There’s no argument as to how many people would be fascinated with the idea of witnessing a complete Solar Eclipse at least once in their lifetimes. Considering the quasi-quantifiable frequency of this natural phenomenon and the inherent risks involved in a simple viewing of the event, it makes it fairly important to not miss out on this occasion. 

Here’s how we can help you make simple equipment to witness the eclipse. 

You can never look at the sun directly because that would hurt your eyes.

Trying to look at the sun would require a fair amount of preparation and protection, otherwise you could really hurt your sight. In fact, even that silver line on the crimp during a solar eclipse when most of the sun is covered by the moon is enough for your eyes to focus the light into you retina and cause a burn, and possibly, severe eyesight impairment.

Your best bet would be to make a DIY projector.

The simplest of which you can make with just two pieces of paper. Prick a hole through on sheet of paper (print paper works) and make sure the hole is clean and round – silver foil stuck to the paper could help. Then, with the eclipse to your back, you could hold the paper with the hole over your shoulder and project the image of the eclipse through the pinhole on to a wall or another sheet as the screen.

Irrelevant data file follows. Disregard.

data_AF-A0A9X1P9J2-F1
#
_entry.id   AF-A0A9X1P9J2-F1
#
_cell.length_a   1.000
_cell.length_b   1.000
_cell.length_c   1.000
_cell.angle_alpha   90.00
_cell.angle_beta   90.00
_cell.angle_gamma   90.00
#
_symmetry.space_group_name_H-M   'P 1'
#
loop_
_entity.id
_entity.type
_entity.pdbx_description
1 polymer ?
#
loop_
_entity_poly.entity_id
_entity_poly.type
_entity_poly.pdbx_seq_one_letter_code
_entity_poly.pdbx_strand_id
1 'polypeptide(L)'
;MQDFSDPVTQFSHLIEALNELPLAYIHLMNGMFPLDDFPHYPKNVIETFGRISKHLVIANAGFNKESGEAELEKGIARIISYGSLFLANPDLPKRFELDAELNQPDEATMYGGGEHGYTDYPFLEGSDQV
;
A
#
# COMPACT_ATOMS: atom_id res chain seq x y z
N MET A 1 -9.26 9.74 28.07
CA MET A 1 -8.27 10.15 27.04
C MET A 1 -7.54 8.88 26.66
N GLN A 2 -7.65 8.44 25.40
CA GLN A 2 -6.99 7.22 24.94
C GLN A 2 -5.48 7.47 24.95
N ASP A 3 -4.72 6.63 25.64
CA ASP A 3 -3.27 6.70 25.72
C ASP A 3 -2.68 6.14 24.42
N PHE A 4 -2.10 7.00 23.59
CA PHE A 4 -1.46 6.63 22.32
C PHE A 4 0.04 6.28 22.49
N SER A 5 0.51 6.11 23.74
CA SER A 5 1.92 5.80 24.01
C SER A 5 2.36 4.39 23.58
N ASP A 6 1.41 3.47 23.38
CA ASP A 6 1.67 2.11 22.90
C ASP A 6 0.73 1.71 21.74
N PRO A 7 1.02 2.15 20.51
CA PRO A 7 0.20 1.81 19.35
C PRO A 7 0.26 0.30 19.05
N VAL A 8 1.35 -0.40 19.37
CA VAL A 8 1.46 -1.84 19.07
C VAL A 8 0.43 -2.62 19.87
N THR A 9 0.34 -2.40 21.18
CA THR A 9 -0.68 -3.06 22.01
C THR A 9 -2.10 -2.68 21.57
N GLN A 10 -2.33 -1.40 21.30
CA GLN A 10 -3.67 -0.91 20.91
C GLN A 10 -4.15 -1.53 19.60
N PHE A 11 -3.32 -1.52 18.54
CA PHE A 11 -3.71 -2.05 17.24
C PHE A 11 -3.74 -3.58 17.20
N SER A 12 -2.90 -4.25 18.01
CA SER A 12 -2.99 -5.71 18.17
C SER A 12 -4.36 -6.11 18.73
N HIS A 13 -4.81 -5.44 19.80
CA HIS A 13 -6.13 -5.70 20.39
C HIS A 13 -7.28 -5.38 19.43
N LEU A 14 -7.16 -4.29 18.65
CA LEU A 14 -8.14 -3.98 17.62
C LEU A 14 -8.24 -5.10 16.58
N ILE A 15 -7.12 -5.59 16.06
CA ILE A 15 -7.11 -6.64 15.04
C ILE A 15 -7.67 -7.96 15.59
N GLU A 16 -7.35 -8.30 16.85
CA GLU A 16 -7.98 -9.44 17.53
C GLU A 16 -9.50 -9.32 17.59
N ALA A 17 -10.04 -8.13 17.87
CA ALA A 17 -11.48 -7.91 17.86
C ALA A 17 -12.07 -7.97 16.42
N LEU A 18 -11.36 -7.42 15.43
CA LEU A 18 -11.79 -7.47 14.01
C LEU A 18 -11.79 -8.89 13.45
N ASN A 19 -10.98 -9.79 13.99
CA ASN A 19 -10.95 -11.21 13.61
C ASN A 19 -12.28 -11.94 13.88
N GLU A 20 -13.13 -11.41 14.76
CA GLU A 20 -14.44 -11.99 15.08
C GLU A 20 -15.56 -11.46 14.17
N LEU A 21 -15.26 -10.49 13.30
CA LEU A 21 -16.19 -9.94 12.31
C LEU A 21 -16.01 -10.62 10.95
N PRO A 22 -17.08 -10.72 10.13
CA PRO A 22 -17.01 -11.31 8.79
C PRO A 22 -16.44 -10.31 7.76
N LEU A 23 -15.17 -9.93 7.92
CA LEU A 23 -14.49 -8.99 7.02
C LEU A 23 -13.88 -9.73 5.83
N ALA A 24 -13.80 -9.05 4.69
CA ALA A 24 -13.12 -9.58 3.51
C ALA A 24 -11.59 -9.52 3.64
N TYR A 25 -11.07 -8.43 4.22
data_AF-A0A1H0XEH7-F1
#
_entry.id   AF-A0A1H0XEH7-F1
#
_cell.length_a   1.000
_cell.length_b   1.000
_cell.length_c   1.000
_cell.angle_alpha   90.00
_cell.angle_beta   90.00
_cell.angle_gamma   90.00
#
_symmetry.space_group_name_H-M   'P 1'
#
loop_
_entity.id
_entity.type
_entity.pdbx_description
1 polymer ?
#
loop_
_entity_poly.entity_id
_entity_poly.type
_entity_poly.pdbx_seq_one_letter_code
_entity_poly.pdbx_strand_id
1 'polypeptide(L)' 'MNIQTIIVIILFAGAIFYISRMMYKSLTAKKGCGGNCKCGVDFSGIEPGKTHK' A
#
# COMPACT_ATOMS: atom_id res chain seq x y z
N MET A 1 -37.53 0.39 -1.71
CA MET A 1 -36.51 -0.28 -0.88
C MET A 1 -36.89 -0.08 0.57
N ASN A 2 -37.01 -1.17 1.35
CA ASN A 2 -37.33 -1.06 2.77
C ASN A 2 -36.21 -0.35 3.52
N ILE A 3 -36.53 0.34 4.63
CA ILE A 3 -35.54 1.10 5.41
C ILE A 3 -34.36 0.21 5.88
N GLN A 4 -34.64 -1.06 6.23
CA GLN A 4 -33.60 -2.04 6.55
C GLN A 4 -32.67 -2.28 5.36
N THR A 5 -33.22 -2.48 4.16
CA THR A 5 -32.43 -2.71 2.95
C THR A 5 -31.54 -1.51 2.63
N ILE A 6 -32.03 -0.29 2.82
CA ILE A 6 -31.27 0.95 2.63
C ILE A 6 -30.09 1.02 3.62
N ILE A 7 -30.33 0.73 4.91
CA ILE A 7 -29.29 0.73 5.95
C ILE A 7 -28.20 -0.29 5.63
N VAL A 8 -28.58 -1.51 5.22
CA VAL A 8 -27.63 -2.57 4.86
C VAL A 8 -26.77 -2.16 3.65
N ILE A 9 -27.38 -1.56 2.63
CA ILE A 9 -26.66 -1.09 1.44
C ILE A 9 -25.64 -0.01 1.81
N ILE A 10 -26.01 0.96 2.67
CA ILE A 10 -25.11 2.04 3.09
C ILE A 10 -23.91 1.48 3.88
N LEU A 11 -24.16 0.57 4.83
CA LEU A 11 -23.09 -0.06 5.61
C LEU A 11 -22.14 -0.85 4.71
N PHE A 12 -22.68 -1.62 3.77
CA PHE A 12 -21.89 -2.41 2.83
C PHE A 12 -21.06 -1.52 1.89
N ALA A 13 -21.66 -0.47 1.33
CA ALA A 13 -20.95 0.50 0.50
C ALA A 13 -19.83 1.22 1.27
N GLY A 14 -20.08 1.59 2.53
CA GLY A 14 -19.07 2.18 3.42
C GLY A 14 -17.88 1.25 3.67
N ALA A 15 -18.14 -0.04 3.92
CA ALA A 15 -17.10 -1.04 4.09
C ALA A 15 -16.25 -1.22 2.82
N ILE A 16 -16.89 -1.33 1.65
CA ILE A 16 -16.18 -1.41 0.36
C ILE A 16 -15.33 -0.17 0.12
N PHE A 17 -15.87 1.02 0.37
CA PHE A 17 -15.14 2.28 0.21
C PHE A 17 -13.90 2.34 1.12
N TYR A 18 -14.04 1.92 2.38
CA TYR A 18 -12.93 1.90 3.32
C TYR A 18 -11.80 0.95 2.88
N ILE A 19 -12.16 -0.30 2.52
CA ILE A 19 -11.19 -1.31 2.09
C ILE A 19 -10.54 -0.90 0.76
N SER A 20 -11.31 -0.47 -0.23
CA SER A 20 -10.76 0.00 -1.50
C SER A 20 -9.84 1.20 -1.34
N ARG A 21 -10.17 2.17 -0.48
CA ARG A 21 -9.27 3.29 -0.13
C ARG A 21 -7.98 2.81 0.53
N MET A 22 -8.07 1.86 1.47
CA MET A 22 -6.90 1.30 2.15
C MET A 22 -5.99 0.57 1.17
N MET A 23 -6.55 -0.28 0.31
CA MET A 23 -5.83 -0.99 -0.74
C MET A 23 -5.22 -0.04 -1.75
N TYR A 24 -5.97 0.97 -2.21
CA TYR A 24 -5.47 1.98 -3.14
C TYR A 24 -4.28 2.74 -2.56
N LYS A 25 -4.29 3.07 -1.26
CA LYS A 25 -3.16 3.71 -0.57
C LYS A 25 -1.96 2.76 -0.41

Note: Do not try to look at the eclipse through the pinhole on the sheet.

You could use a similar technique to make a box projector.

It works on the same principle but is just a sturdier version of the simple paper projector. For this, you get a cardboard box, prick a hole through one end (again, clean and round) and cut out a hole in the back which will be lined with a paper. The back will then serve as a screen, and you could look at the eclipse by aiming the hole at the eclipse.

Here’s a video instructional on how you could make a pinhole box projector:

You could even use a pair of binoculars and a telescope to project the image onto a screen.

The same principle that works for a pinhole also works with optics. Again, you need to keep the eclipse to your back and aim the telescope over your shoulder toward the eclipse and have a screen in front of you to project the image onto. If you have a stand for your equipment then you could even set it up and chill.

Note: Can’t stress this enough, there should be no looking at the eclipse through the lens. Or in any other way, for that matter. Also, keep giving your lens a bit of rest every now and then, to help not damage the equipment.

Read up on the phenomenon more, and figure out the details of the 2016 solar eclipse that should be visible to a degree of 12% from Hyderabad, and other areas in India in smaller degrees.

The solar eclipse on March 9, 2016 should be visible between 6:29 AM and 6:47 AM from Hyderabad. So, don’t miss out on this. 

This time there’s no stopping me.

Masthead Source:

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